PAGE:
Rent Concessions To Be Outlawed

In Legislation, Real Estate by Richard Bianco

*** UPDATE: As of December 14, 2017, the proposed law on discounted rent has not been moved forward by the Council and remains in committee. However, the Attorney General has filed a civil lawsuit against a NW D.C. landlord, which alleges that the landlord is committing consumer fraud by offering new tenants reduced or discounted rent as an inducement to move-in. If you are offering rent concessions as a move-in incentive, call now or book an appointment.

On September 9 Council-member Cheh proposed an amendment to the Rent Stabilization provisions of the Rental Housing Act. That is just a complicated way of saying that the Council-member is seeking to change the “Rent Control” Law to make it more difficult for landlords to raise the rent.

The proposed legislation, called The Discounted Rent Clarification Amendment Act of 2017, (B-22-048) is intended to close a longstanding loophole (or perceived loophole as the case may be) in the Rent Control Law. The practice that the new law seeks to address is where owners enter into a lease with a tenant which calls for rent in an amount higher than the landlord intends to charge, provided, however, that the tenant actually pays a lesser amount or “discounted” rent until the lease expires. Upon expiration of the lease, the discount is removed, and the tenant becomes liable for the higher amount of the lease. Technically, this is not a “rent increase” under the Rent Control Law, because the rent was originally set at the higher level in the Lease.

The practice of “discounted” rent is not always used as a vehicle to charge tenants more after the expiration of an initial lease term. In DC, when a residential lease expires, as a matter of law, it automatically becomes month-to-month tenancy, which a landlord does not have the right to terminate simply because the lease is over. This puts landlords in a precarious position at the end of a lease.

As a result of the protections of the Rental Housing Act, a tenant has few, if any, reasons to enter into a new lease with the landlord since they can stay in the unit as long as they wish, provided they continue to comply with the terms of the expired lease. (There are limited exceptions to this general rule such as if the landlord wants to recover the unit for personal use as a principal residence, but those exceptions are beyond the scope of this post).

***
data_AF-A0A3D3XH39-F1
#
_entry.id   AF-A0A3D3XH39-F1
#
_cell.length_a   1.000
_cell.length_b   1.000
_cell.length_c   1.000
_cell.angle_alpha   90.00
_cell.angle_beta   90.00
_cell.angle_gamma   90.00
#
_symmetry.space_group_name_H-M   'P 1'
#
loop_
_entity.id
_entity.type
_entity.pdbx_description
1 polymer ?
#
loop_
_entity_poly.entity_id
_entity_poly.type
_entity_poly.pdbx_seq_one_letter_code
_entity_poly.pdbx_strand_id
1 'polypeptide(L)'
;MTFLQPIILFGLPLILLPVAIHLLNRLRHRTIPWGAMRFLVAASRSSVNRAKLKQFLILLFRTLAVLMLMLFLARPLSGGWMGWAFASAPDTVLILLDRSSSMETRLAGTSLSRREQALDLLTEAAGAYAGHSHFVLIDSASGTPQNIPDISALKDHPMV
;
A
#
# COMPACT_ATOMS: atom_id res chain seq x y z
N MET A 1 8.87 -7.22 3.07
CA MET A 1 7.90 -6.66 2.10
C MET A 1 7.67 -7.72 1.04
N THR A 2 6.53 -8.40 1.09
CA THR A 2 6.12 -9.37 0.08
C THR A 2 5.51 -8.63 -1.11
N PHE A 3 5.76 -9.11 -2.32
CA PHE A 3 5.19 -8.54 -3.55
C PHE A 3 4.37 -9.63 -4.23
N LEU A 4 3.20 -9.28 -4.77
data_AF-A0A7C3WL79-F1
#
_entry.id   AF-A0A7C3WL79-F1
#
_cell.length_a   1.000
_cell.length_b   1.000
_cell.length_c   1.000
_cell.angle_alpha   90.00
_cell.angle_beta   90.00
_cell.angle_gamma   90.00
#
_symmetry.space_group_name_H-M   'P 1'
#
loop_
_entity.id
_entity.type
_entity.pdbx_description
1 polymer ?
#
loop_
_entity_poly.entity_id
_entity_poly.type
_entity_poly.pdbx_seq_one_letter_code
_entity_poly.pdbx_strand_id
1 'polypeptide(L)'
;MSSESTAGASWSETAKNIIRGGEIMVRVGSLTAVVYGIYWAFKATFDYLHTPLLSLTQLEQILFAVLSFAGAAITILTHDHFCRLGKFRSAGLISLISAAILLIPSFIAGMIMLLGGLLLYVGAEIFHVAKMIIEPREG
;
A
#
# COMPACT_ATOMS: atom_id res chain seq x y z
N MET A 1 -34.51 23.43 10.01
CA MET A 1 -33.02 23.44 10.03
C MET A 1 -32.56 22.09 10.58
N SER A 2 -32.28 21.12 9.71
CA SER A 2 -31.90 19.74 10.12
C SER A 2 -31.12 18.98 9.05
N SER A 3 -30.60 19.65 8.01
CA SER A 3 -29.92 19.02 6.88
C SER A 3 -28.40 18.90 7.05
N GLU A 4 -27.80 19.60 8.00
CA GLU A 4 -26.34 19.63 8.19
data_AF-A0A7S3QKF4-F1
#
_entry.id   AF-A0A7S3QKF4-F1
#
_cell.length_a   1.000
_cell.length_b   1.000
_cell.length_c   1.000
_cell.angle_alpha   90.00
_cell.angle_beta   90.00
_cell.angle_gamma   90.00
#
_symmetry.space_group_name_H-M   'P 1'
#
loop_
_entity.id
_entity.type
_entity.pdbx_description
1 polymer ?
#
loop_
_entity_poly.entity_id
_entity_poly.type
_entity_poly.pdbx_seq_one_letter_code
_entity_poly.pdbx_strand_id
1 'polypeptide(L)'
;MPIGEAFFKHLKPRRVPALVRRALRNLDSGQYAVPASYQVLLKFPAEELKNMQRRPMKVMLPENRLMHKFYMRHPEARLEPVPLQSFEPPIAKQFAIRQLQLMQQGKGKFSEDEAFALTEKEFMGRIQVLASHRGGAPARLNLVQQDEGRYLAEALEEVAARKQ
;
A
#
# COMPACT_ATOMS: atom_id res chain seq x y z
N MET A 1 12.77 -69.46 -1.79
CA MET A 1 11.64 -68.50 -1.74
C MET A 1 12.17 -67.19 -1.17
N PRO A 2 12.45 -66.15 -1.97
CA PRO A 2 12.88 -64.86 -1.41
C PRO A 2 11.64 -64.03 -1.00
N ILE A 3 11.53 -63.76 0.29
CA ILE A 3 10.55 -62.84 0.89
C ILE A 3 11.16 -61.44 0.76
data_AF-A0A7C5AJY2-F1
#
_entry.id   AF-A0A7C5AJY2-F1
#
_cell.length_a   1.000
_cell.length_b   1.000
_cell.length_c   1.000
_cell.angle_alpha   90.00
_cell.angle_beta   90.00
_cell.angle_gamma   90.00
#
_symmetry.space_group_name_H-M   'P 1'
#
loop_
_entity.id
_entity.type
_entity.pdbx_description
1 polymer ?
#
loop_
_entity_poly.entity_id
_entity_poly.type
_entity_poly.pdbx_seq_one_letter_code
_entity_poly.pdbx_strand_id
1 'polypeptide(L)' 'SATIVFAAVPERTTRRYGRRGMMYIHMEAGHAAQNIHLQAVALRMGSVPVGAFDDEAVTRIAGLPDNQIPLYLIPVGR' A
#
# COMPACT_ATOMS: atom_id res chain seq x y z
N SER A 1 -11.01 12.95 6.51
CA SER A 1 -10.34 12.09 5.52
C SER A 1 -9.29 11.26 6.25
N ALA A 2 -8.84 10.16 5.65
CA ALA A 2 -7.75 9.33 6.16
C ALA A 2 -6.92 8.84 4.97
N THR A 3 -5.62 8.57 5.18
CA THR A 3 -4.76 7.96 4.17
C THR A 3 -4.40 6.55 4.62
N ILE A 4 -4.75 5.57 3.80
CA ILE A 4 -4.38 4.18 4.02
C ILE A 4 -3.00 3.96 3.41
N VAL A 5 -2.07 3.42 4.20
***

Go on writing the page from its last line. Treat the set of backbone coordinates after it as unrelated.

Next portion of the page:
As such, landlords have used the “carrot” of continued discounted rent at lease expiration (or the “stick” of a higher rent as the case may be), to negotiate an additional one year lease. This gave a landlord some reasonable assurance that the unit would continue to produce rental income for the year without incurring marketing or turnover expenses and vacancy loss.

The proposed legislation amends the Rent Control Law to remove this landlord benefit. If passed, B-22-048 will define the discounted rent as the “rent charged” for Rent Control purposes and an upward departure from that would be subject to the rent control regulations. That means, even if a landlord is simply removing a discount as opposed to implementing a rent increase, the landlord must be appropriately registered, must provide to the tenant and properly file with the Rent Administrator the correct forms, as they would with any rent increase under Rent Control. The proposed law is currently “under consideration” by the Council and on September 29, a notice of intent that the Council intended to act on the measure was published in the DC Register.

The proposed legislation will not affect units that have perfected an exemption from the Rent Control Law. I emphasize perfected, because many, many landlords who are eligible to be exempt from the Rent Control Law have not taken the steps they need to in order to make their exemption official (or have not taken them properly). You do not want to find yourself liable to your tenant for a rent refund not to mention fines and penalties because you thought you were exempt from Rent Control.

If you have questions about how the proposed legislation might affect your business, or if you simply are not sure that you are in compliance with the current law or if you have perfected an exemption, and we would be happy to discuss it with you.